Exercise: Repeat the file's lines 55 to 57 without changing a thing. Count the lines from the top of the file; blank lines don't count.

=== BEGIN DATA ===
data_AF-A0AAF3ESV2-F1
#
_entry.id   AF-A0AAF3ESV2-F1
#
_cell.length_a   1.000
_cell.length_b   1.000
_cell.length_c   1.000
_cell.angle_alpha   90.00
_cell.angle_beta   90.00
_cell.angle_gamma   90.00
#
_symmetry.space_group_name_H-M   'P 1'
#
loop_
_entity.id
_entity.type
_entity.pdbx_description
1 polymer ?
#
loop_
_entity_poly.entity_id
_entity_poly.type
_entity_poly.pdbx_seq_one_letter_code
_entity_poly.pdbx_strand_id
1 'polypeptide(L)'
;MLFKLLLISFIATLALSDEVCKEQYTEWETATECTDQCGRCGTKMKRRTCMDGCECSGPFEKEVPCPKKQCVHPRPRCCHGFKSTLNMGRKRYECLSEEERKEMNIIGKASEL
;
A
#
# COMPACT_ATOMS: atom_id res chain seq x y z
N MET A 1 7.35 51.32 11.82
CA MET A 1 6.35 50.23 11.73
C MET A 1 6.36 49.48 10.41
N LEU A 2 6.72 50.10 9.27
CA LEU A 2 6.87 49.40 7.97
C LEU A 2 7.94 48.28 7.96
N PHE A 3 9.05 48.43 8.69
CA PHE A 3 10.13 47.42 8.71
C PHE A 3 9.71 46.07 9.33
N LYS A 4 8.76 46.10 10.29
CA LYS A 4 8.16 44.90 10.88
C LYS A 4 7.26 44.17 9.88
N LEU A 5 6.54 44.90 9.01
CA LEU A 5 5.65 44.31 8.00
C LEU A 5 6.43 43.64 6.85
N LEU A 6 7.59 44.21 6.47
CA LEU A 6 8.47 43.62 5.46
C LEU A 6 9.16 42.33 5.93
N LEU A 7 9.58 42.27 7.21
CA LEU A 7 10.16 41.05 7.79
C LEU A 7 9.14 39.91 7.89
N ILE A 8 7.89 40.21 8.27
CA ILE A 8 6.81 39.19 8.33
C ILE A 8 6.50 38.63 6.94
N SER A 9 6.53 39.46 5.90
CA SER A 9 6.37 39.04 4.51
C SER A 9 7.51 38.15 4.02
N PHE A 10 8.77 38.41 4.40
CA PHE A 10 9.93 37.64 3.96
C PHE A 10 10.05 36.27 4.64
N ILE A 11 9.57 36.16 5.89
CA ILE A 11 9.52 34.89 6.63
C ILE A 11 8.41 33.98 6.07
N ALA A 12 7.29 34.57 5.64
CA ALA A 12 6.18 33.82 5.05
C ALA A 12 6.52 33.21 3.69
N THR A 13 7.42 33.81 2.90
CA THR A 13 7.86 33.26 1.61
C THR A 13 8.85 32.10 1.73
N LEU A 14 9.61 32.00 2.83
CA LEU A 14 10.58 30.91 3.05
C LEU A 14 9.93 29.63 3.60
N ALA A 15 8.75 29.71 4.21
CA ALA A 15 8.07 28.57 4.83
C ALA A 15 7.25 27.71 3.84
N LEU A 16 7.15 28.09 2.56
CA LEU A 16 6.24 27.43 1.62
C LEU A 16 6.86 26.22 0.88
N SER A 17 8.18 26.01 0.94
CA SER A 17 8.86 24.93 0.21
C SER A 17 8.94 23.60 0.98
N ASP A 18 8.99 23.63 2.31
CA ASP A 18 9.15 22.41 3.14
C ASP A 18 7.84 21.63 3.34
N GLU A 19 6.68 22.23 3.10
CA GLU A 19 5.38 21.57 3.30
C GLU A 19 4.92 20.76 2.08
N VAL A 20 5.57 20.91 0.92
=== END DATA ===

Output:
N SER A 9 6.53 39.46 5.90
CA SER A 9 6.37 39.04 4.51
C SER A 9 7.51 38.15 4.02